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Off to the Congo
In 1908, eighteen-year-old Columbia University freshman James
Paul Chapin was working part-time as a preparator at the American
Museum of Natural History (AMNH). His job was to stuff and mount
birds and small mammals for study and display. He was also a fine
draftsman who made sketches and watercolor paintings of animals.
Herbert Lang, who
had come to the U.S. from Germany in 1903, was a scientist in the
Mammalogy Department. The Museum administration had for some time
been interested in making an expedition to the Congo Free State.
Such an expedition had first been suggested by Morris K. Jesup,
President of the Museum from 1881 to 1908, and negotiations with
the Congo Free State commenced in 1907. These negotiations are described
in some detail by Henry Fairfield Osborn in his essay "The
Congo Expedition of the American Museum of Natural History."
Lang, only thirty years old but with some collecting experience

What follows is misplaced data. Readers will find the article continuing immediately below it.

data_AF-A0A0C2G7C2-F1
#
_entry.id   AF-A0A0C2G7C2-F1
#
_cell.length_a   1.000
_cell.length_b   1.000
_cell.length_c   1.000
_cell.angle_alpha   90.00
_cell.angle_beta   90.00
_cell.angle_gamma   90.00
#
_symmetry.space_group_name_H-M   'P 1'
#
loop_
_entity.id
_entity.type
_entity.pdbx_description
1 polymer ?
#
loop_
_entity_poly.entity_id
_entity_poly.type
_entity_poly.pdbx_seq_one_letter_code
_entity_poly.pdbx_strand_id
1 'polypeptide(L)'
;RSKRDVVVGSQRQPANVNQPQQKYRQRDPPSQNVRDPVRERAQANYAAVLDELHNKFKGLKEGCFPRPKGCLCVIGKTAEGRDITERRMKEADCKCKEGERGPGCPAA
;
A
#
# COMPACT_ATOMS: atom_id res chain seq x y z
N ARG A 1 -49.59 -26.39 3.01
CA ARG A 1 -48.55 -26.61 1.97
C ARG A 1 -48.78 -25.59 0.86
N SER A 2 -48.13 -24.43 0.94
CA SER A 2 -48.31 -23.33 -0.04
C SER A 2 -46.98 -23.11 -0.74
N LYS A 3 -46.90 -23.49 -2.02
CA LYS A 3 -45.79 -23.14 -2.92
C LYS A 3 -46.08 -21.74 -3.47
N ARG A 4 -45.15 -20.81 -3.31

in Africa, was tapped to lead the expedition. He chose Chapin to
be his assistant.
They planned a two-year expedition, though the two men ended up
being away from New York for six years - from 1909 to 1915.
I have attempted to reconstruct the research journey that Chapin
might have undertaken when he found himself on the verge of this
epic trip. I have surveyed Congo material published between 1895
and 1909 in the collections of the New York Public Library, the
AMNH Library, and the Columbia University library, and broken the
list of sources down into subject categories: Maps, History, Description
and Travel, Politics, Science… and Joseph Conrad.